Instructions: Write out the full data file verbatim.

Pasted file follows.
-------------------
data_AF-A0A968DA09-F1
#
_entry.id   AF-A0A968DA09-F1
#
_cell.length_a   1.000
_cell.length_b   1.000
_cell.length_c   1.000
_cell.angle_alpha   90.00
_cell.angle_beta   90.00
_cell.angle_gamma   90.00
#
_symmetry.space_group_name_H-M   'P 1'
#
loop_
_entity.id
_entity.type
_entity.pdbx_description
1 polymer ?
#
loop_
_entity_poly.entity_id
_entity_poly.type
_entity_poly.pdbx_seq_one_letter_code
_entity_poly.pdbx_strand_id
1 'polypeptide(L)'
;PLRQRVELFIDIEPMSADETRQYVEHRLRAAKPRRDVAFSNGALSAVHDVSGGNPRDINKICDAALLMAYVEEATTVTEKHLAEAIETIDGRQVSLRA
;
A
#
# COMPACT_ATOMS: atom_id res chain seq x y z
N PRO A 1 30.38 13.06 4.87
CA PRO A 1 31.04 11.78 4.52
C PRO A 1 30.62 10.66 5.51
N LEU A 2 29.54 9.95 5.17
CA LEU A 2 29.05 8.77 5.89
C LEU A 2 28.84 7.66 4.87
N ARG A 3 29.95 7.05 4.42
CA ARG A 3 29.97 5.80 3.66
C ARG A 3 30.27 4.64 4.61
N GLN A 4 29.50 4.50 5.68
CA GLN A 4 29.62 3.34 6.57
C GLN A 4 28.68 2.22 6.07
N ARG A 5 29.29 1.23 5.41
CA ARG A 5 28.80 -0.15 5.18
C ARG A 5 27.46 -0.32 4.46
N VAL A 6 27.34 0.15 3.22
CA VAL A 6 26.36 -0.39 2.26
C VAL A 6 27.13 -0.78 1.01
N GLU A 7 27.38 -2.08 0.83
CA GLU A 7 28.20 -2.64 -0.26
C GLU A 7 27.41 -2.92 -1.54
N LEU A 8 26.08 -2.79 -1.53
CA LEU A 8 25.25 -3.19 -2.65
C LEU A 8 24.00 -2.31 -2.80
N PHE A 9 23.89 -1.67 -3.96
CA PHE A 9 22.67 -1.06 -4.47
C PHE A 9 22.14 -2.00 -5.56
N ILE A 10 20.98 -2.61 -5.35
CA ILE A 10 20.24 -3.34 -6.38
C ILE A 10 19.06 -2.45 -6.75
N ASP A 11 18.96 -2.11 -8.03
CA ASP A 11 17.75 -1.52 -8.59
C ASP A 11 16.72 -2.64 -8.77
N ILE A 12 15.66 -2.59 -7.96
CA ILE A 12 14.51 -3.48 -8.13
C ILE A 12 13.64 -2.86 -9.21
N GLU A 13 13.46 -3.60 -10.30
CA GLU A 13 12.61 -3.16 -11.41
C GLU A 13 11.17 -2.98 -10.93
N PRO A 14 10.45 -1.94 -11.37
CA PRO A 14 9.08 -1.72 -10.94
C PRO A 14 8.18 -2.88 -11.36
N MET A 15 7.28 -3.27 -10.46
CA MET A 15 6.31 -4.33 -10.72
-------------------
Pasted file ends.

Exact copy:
data_AF-A0A968DA09-F1
#
_entry.id   AF-A0A968DA09-F1
#
_cell.length_a   1.000
_cell.length_b   1.000
_cell.length_c   1.000
_cell.angle_alpha   90.00
_cell.angle_beta   90.00
_cell.angle_gamma   90.00
#
_symmetry.space_group_name_H-M   'P 1'
#
loop_
_entity.id
_entity.type
_entity.pdbx_description
1 polymer ?
#
loop_
_entity_poly.entity_id
_entity_poly.type
_entity_poly.pdbx_seq_one_letter_code
_entity_poly.pdbx_strand_id
1 'polypeptide(L)'
;PLRQRVELFIDIEPMSADETRQYVEHRLRAAKPRRDVAFSNGALSAVHDVSGGNPRDINKICDAALLMAYVEEATTVTEKHLAEAIETIDGRQVSLRA
;
A
#
# COMPACT_ATOMS: atom_id res chain seq x y z
N PRO A 1 30.38 13.06 4.87
CA PRO A 1 31.04 11.78 4.52
C PRO A 1 30.62 10.66 5.51
N LEU A 2 29.54 9.95 5.17
CA LEU A 2 29.05 8.77 5.89
C LEU A 2 28.84 7.66 4.87
N ARG A 3 29.95 7.05 4.42
CA ARG A 3 29.97 5.80 3.66
C ARG A 3 30.27 4.64 4.61
N GLN A 4 29.50 4.50 5.68
CA GLN A 4 29.62 3.34 6.57
C GLN A 4 28.68 2.22 6.07
N ARG A 5 29.29 1.23 5.41
CA ARG A 5 28.80 -0.15 5.18
C ARG A 5 27.46 -0.32 4.46
N VAL A 6 27.34 0.15 3.22
CA VAL A 6 26.36 -0.39 2.26
C VAL A 6 27.13 -0.78 1.01
N GLU A 7 27.38 -2.08 0.83
CA GLU A 7 28.20 -2.64 -0.26
C GLU A 7 27.41 -2.92 -1.54
N LEU A 8 26.08 -2.79 -1.53
CA LEU A 8 25.25 -3.19 -2.65
C LEU A 8 24.00 -2.31 -2.80
N PHE A 9 23.89 -1.67 -3.96
CA PHE A 9 22.67 -1.06 -4.47
C PHE A 9 22.14 -2.00 -5.56
N ILE A 10 20.98 -2.61 -5.35
CA ILE A 10 20.24 -3.34 -6.38
C ILE A 10 19.06 -2.45 -6.75
N ASP A 11 18.96 -2.11 -8.03
CA ASP A 11 17.75 -1.52 -8.59
C ASP A 11 16.72 -2.64 -8.77
N ILE A 12 15.66 -2.59 -7.96
CA ILE A 12 14.51 -3.48 -8.13
C ILE A 12 13.64 -2.86 -9.21
N GLU A 13 13.46 -3.60 -10.30
CA GLU A 13 12.61 -3.16 -11.41
C GLU A 13 11.17 -2.98 -10.93
N PRO A 14 10.45 -1.94 -11.37
CA PRO A 14 9.08 -1.72 -10.94
C PRO A 14 8.18 -2.88 -11.36
N MET A 15 7.28 -3.27 -10.46
CA MET A 15 6.31 -4.33 -10.72